Analytics training for lawyers has been gradually taking place over the past few years as these tools have increasingly become an integral part of the research platform. Originally, when a database had a data analytics component, it was highlighted in training if it illustrated a typical legal problem that our lawyers were trying to solve but was cumbersome to tackle using traditional research techniques. In our current general orientation, we let lawyers know that analytics research tools may help them get to a better understanding of the legal issue, a better assessment of the strategy, or a better way to retrieve relevant precedents. ­The results will be presented in a tabular or graphical format that provides a different perspective than a list of case citations. We highlight a couple of tools when they begin, but we don’t overstress them because we find a relevant use case is needed for lawyers to fully appreciate the power of analytics. ­Therefore, we showcase the data analytics tools all year round, not just as part of the onboarding process.

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10 Ways Data Science Can Help Law Librarians

Reposted with permission from AALL Spectrum, Volume 25, Number 5 (May/June 2021), pgs. 16-19.

By Sarah Lin, Information Architect & Digital Librarian at RStudio, PBC

As law librarians, many of us scrutinize the data we have access to with Excel and out-of-the-box visualization tools. Whether that data is from docket activity, research databases, websites, or online catalogs, what we have can generally be described as “usage data.” But what one skill set would allow us to do so much more with that data, to better understand and communicate what our users are doing and what they need? Enter, data science.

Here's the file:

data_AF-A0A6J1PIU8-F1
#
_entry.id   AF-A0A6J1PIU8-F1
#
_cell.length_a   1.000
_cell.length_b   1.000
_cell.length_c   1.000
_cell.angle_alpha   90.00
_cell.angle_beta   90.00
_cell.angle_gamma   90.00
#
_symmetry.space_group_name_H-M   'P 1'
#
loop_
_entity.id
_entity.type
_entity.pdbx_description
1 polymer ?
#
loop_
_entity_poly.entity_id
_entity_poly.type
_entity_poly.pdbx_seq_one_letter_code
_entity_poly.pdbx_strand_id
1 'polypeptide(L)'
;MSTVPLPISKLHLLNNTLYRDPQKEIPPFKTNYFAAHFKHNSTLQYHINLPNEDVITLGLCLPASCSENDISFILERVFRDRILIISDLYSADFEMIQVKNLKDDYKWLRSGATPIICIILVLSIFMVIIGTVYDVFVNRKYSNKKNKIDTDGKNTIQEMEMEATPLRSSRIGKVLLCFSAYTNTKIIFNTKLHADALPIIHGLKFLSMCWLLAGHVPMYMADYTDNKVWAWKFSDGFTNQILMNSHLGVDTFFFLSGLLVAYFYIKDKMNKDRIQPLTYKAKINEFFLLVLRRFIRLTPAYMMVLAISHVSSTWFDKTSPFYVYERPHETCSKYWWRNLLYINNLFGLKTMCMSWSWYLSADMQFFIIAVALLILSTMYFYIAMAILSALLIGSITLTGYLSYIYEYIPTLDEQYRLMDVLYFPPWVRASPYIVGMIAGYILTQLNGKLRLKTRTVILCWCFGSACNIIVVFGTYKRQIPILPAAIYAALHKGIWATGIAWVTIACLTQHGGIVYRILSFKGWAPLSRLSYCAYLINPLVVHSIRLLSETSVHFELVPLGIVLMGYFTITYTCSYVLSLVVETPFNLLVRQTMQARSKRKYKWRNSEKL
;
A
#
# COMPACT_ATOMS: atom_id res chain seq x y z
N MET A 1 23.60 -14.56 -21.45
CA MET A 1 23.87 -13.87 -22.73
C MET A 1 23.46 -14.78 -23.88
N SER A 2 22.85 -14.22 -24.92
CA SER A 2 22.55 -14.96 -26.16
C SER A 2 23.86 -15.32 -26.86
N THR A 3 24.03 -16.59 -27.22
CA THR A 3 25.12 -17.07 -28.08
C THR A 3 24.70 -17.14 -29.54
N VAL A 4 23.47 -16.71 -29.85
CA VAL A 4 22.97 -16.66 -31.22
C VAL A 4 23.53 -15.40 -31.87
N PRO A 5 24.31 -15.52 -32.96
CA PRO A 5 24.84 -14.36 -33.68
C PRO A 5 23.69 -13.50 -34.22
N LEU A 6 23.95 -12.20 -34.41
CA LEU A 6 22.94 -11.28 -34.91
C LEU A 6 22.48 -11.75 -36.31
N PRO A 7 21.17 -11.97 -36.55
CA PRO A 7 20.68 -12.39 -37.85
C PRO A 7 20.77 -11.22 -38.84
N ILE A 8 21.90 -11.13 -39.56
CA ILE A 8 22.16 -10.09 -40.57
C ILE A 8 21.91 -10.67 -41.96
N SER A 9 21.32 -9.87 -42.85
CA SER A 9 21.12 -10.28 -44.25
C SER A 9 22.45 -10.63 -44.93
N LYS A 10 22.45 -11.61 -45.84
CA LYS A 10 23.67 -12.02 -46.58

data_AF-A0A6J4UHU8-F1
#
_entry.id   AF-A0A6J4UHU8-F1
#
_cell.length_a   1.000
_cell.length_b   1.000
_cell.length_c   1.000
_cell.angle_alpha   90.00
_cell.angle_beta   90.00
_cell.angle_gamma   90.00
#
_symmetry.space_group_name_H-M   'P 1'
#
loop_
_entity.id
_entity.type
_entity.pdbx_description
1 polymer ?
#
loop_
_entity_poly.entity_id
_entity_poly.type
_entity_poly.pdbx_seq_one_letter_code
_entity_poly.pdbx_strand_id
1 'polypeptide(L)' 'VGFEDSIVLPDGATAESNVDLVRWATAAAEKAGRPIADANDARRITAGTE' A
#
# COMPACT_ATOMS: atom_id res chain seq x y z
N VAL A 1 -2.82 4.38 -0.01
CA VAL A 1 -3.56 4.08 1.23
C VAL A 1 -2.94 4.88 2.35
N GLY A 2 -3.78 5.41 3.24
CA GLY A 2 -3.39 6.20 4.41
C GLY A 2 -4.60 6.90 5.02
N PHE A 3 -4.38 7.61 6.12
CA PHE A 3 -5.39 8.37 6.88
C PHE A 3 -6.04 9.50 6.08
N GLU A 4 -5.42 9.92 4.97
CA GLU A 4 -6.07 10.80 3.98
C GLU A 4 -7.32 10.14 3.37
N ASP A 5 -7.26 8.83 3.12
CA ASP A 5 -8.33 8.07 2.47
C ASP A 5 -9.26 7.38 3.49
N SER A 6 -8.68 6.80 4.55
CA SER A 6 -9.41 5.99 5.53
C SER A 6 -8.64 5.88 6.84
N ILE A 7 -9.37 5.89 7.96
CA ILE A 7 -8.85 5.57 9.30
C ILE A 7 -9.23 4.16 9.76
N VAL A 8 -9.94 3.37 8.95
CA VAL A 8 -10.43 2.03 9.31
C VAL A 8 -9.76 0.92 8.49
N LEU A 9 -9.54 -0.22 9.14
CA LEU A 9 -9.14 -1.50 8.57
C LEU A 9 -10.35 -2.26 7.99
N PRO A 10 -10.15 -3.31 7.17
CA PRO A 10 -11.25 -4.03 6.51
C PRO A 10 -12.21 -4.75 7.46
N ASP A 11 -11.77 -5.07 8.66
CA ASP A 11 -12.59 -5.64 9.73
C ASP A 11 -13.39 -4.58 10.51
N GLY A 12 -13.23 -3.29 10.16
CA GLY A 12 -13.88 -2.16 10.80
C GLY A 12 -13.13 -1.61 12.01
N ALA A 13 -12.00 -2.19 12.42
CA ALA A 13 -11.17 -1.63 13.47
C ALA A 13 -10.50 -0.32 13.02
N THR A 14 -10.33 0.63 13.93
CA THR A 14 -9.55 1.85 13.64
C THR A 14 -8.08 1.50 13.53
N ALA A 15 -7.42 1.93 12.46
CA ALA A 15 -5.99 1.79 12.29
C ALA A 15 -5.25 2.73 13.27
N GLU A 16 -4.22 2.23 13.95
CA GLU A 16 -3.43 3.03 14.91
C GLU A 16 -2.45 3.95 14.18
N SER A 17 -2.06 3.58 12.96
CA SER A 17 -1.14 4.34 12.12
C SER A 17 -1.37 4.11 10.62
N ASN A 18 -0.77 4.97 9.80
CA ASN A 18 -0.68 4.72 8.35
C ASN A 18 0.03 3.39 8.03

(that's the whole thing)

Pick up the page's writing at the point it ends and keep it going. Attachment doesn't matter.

Broadly speaking, data science brings opportunities to work more quickly and easily with data. It provides better reporting formats by incorporating outside data from various sources, and can even turn text into data that can be displayed visually. Even though legal information isn’t always associated with data, science, or data science, data science skills enable law librarians to do their jobs with greater efficiency. With data science skills, we are able to show new value for our teams and organizations, so it is definitely worth the time invested.

Even in a year when time has been both condensed and stretched (when many of us picked up new hobbies, such as baking), learning to code for just one use case, such as replacing Excel as a data analysis tool, doesn’t make sense. Luckily, data science skills are useful for more than just data manipulation, and learning to code allows you to provide many more use cases than just creating better data visualizations for management. Cooking is a useful metaphor for data science: while it’s completely possible to eat take-out, frozen food, box mixes, and cereal for dinner, you can actually create healthier meals with the right tools, enhanced cooking skills, and a better understanding of ingredients. For example, pre-cut vegetables are available in grocery stores, but a chef ’s knife and some practice allow you to customize any meal you make as well as lower costs. Similarly, while you can do your job with Excel and a commercial tool such as Tableau or PowerBI, learning to do data science opens a window of opportunities to new and improved skills that do more than just create improved graphics for reports or budget projections.

The following 10 data science skills and techniques, along with descriptions of the amazing deliverables that are associated with them, are listed in a progressive skill-building sequence, and they will provide you with a fully stocked data science kitchen. Keep in mind that the examples in this article focus on the R programming language, even though data science can also be done in Python (which has similar and sometimes compatible resources for you to use). The power of data science using R or Python comes from the powerful skills and techniques they enable you to use to transform how you work with data in your day to-day job. It’s time to graduate from Excel and start cooking with gas!